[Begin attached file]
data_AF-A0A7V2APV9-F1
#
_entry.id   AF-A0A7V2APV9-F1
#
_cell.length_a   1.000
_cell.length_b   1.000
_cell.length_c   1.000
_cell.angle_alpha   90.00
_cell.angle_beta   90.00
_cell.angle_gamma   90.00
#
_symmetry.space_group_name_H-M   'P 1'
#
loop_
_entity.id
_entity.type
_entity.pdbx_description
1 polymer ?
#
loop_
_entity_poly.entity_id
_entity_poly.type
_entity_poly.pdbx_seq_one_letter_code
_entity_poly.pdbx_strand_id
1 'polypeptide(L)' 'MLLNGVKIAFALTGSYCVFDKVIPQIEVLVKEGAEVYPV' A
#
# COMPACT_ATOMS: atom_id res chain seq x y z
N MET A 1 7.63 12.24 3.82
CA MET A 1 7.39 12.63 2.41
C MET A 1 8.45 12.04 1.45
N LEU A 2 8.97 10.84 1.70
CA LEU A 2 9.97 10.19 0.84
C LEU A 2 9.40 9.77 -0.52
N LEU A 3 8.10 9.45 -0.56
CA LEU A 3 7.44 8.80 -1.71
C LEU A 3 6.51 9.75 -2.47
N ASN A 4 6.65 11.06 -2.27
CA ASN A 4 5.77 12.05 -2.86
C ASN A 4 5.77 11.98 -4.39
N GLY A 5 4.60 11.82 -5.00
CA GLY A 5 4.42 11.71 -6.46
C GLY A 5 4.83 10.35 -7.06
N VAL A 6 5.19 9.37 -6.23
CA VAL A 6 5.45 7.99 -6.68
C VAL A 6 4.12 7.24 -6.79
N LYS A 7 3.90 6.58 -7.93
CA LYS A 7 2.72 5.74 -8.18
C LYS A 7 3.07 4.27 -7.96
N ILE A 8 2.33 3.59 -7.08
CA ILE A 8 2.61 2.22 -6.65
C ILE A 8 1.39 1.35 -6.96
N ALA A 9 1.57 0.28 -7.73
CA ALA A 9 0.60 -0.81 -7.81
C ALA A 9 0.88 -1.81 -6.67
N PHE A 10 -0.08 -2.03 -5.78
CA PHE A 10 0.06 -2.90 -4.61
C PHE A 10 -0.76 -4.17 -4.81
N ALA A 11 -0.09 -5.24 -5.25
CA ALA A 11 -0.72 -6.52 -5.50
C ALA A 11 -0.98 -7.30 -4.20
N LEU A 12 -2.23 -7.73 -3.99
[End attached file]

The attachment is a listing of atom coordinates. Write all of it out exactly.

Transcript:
data_AF-A0A7V2APV9-F1
#
_entry.id   AF-A0A7V2APV9-F1
#
_cell.length_a   1.000
_cell.length_b   1.000
_cell.length_c   1.000
_cell.angle_alpha   90.00
_cell.angle_beta   90.00
_cell.angle_gamma   90.00
#
_symmetry.space_group_name_H-M   'P 1'
#
loop_
_entity.id
_entity.type
_entity.pdbx_description
1 polymer ?
#
loop_
_entity_poly.entity_id
_entity_poly.type
_entity_poly.pdbx_seq_one_letter_code
_entity_poly.pdbx_strand_id
1 'polypeptide(L)' 'MLLNGVKIAFALTGSYCVFDKVIPQIEVLVKEGAEVYPV' A
#
# COMPACT_ATOMS: atom_id res chain seq x y z
N MET A 1 7.63 12.24 3.82
CA MET A 1 7.39 12.63 2.41
C MET A 1 8.45 12.04 1.45
N LEU A 2 8.97 10.84 1.70
CA LEU A 2 9.97 10.19 0.84
C LEU A 2 9.40 9.77 -0.52
N LEU A 3 8.10 9.45 -0.56
CA LEU A 3 7.44 8.80 -1.71
C LEU A 3 6.51 9.75 -2.47
N ASN A 4 6.65 11.06 -2.27
CA ASN A 4 5.77 12.05 -2.86
C ASN A 4 5.77 11.98 -4.39
N GLY A 5 4.60 11.82 -5.00
CA GLY A 5 4.42 11.71 -6.46
C GLY A 5 4.83 10.35 -7.06
N VAL A 6 5.19 9.37 -6.23
CA VAL A 6 5.45 7.99 -6.68
C VAL A 6 4.12 7.24 -6.79
N LYS A 7 3.90 6.58 -7.93
CA LYS A 7 2.72 5.74 -8.18
C LYS A 7 3.07 4.27 -7.96
N ILE A 8 2.33 3.59 -7.08
CA ILE A 8 2.61 2.22 -6.65
C ILE A 8 1.39 1.35 -6.96
N ALA A 9 1.57 0.28 -7.73
CA ALA A 9 0.60 -0.81 -7.81
C ALA A 9 0.88 -1.81 -6.67
N PHE A 10 -0.08 -2.03 -5.78
CA PHE A 10 0.06 -2.90 -4.61
C PHE A 10 -0.76 -4.17 -4.81
N ALA A 11 -0.09 -5.24 -5.25
CA ALA A 11 -0.72 -6.52 -5.50
C ALA A 11 -0.98 -7.30 -4.20
N LEU A 12 -2.23 -7.73 -3.99